A highly skilled workforce that is able to adapt to rapid technological change, structural change and new business opportunities is a priority for Australia. The fund will support business to upskill and train employees to meet these future challenges and take advantage of new business growth opportunities.
The fund prioritises Small and Medium Enterprises (SMEs), including micro businesses, and is delivered through the single business service, which streamlines access to essential information for all Australian businesses.
The fund assists industry to invest in training and support services, and to develop innovative training solutions.
To view the fact sheets for further information click here.
- The business' internal system relative to undertaking due diligence on all new customers should be undertaken prior to a sale being finalised with any new customer.
-Mercantile check should be undertaken on any new applicants for credit.
-A "new customer letter" should be sent to all new customers, confirming the business' terms of trade, payment terms and, if a business is a private company, an indication that the Director's Personal Guarantee should be supplied.
-The Terms of Trade Agreements and the Retention of Title Agreements drafted by a commercial solicitor, in accordance with the Personal Property Securities Act (PPSA), should be sent to the "new customer" for signature and return.
Risk Mitigation Strategy
-Management should check that the new client system ensures the business' system for monitoring sales contracts for new customers are being abided by.
-Management should ensure that copies of the Terms of Trade letter, Retention of Title letter, together with a copy of a signed new customer letter and a Director's Guarantee received from directors of private companies are filed in a permanent file that is able to be located when it might be required at some future date.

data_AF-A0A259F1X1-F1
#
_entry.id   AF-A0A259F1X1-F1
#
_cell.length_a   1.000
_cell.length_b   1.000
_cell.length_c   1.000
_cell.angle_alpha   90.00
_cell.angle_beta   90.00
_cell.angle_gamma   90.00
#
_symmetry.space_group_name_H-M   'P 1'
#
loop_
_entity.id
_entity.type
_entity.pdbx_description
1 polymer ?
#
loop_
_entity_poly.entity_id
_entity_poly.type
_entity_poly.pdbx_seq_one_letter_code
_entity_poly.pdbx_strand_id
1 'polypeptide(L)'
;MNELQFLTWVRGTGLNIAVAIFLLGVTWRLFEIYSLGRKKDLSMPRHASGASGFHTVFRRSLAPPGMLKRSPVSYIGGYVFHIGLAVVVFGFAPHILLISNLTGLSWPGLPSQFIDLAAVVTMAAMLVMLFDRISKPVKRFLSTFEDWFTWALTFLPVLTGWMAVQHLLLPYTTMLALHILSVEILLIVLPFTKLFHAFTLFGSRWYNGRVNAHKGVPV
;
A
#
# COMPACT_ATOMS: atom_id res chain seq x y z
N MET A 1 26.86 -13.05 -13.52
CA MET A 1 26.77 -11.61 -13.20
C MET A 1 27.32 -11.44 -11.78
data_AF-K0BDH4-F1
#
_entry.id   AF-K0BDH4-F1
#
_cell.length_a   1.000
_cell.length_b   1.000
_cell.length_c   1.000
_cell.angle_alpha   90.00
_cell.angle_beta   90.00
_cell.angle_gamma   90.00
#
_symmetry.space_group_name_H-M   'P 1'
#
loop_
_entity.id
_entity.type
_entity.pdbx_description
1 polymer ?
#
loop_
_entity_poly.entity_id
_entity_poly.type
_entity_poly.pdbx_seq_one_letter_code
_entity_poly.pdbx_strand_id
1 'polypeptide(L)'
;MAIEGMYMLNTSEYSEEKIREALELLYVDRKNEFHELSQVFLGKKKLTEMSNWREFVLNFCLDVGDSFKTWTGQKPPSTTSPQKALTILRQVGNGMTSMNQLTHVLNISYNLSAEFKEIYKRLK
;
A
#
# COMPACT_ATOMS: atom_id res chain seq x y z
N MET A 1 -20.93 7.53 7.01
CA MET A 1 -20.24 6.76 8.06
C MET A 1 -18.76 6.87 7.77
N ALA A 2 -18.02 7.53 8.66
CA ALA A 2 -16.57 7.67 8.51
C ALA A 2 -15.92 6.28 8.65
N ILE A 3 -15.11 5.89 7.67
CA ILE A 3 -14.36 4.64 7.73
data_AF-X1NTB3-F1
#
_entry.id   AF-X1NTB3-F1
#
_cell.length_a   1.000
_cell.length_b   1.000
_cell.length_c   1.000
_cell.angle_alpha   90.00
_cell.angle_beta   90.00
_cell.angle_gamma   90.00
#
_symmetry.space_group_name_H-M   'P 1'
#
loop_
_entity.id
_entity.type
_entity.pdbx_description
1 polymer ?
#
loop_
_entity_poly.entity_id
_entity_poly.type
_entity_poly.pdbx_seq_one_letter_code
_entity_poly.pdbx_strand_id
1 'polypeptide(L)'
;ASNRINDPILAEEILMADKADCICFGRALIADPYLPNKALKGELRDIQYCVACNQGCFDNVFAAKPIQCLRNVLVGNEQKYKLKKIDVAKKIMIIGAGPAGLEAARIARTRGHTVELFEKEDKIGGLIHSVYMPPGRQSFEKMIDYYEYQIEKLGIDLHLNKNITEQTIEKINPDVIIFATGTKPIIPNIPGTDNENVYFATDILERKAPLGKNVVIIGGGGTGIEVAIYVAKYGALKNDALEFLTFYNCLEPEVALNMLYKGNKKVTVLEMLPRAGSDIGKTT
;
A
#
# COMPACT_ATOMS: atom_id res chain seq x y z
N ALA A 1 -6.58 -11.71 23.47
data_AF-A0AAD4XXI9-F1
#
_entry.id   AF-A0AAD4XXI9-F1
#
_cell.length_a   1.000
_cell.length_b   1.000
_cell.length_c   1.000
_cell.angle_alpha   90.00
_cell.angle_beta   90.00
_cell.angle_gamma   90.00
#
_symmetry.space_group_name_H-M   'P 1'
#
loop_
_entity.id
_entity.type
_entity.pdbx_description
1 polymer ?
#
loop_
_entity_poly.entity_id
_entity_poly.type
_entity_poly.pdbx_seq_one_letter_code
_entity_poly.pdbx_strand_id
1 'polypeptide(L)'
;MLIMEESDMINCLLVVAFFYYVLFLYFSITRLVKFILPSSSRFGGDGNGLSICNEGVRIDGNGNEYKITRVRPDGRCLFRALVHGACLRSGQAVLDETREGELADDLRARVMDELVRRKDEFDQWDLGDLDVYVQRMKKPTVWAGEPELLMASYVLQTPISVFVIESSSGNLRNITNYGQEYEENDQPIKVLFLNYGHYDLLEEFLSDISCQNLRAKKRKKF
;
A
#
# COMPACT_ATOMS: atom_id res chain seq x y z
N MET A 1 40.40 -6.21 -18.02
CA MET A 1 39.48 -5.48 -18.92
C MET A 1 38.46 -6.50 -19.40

-Management should ensure that, as far as they can ascertain, the new client is not a potential "litigant in waiting".
-Management should be satisfied that the services being offered to the new client would be of sufficient standard, that there's no reasonable expectation that would cause legal action by the client.
-Management should ensure that there's a clear understanding of the services to be provided for the client.
-Management should ensure that there are procedures for disputes/complaints resolution as soon as practical, after any disputes/complaint issue is raised.
A calculation of "potential exposure" for the new customer should be prepared so that a decision on whether to register on the Personal Property Securities Register (PPSR) can be made by management.
Company Director Chased Over Non Payment Of Superannuation
Superannuation salary sacrifice has taken on a more concerning aspect and employers need to beware.
In a recent case in Victoria, a company director was charged with theft in regards to an employee who had been salary sacrificing superannuation for 3 years and the company had not put any of these funds into the relevant superannuation fund. Upon the discovery of this, the employee contacted the police who then laid charges. The company director was convicted and now has a criminal conviction even after personally paying the employee's unpaid salary sacrifice superannuation contributions.